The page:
Gender-neutral housing goes largely unnoticed at Pitt
A recent report shows that most students living in the University of Pittsburgh’s new gender-neutral dorm did not actually request the special accommodation.
In fact, Pitt News reports that of 416 students living in the newly-classified gender-neutral complex, only 34 had specifically requested a gender-neutral arrangement, meaning only 13 apartments in the entire building are actually functioning as gender-neutral rooms for about eight percent of Ruskin Hall residents.
“They didn’t say it was ‘co-ed’ or ‘for boys and girls’ or anything that is cisnormative.”
There have even been complaints that Pitt has not put sufficient effort into advertising the new arrangements, suggesting the possibility that some students might not even be aware that they are living in a gender-neutral complex, though others appear to have deliberately exploited the option as a way of circumventing normal housing policies.
“[The option] could’ve been better advertised, but also, it was such a big deal when it happened,” said Sara Yablonski, vice president of the Pitt Rainbow Alliance. “There was a lot of press exposure and I feel like the campus in general was made pretty aware.”
Some “cisgender” students, in fact, actively sought out the option, according to university spokesman John Fedele, who noted that some students chose the gender-neutral housing option in order to live with a friend or significant other of a different gender.
Rather than reduce the number of gender-neutral options, though, Fedele indicated that the school may consider adding even more during the next academic year to accommodate student demands for lower costs, which are driven by the fact that Ruskin is among the more-expensive living options on campus.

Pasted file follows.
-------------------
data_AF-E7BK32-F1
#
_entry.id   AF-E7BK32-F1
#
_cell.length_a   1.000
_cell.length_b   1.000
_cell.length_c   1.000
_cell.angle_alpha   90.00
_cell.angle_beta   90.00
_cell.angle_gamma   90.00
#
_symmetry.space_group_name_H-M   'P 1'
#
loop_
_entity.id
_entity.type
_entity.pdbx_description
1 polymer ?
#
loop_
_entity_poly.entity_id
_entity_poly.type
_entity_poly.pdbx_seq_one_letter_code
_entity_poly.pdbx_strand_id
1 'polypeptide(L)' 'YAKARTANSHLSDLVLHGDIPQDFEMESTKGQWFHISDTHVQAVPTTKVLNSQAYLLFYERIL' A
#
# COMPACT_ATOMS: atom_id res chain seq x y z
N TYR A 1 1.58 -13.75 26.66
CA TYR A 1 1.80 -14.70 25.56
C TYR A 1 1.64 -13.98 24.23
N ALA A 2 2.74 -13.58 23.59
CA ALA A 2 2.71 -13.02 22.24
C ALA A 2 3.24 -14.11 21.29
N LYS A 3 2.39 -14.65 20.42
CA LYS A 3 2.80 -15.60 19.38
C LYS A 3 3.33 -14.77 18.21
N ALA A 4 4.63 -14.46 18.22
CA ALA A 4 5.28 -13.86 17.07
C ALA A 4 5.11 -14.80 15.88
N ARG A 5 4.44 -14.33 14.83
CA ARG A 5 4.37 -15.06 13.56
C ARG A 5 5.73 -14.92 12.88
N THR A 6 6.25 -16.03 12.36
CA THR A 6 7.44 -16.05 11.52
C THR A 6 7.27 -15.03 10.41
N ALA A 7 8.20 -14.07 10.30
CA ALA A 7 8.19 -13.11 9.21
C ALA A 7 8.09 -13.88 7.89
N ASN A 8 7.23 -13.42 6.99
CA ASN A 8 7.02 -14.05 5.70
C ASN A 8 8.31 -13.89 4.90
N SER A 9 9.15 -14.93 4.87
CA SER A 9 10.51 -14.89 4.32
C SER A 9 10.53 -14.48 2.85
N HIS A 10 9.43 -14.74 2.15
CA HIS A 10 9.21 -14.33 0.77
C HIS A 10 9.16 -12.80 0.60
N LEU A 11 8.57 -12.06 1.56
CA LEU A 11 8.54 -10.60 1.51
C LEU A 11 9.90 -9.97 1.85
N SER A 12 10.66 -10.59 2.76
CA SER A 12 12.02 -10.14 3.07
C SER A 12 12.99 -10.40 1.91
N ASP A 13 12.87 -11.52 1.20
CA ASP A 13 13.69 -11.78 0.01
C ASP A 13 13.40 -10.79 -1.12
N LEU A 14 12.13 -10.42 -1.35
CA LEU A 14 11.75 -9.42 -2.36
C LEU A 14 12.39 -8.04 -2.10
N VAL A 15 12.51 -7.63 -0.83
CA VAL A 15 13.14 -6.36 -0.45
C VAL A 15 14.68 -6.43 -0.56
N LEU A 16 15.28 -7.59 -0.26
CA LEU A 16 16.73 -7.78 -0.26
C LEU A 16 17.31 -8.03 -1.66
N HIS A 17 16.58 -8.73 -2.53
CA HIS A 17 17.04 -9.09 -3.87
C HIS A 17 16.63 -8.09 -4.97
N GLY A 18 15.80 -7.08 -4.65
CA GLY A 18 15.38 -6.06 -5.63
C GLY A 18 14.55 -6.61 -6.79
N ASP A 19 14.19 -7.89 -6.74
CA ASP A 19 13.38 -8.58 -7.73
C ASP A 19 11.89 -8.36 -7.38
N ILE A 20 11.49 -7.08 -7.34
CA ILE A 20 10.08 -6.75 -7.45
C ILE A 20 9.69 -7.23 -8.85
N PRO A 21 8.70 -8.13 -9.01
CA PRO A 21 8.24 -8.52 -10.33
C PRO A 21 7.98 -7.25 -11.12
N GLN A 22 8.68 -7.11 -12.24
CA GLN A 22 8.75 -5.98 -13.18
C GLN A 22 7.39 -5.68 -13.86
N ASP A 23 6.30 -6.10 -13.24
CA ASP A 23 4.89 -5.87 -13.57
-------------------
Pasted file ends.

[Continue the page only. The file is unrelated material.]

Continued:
“A lot of trans people and a lot of members of the LGBT+ community are people who run the risk of not being able to come home one day, of not being able to rely on parents, so they’re not people that are going to have the most money to throw around on living expenses like this if they can get cheaper housing that makes them uncomfortable” a Ruskin sophomore explained.
The school’s current gender-neutral housing option was added on the recommendation of a gender-inclusive working group, which was formed in 2013 after the school settled a lawsuit with a former student who was expelled for using a locker room that didn’t match with his gender identity.
Since the settlement, the school has made all university bathrooms gender-neutral, including those on Pitt’s branch campuses, and actively encourages students and staff to use whichever bathroom that corresponds with their gender identity.
“I was really happy to be going to a school that provided that option and acknowledged it,” gushed one Ruskin resident who identifies as a female. “They didn’t say it was ‘co-ed’ or ‘for boys and girls’ or anything that is cisnormative. It was ‘gender-neutral,’ and I really liked that they had that opportunity and used that language.”
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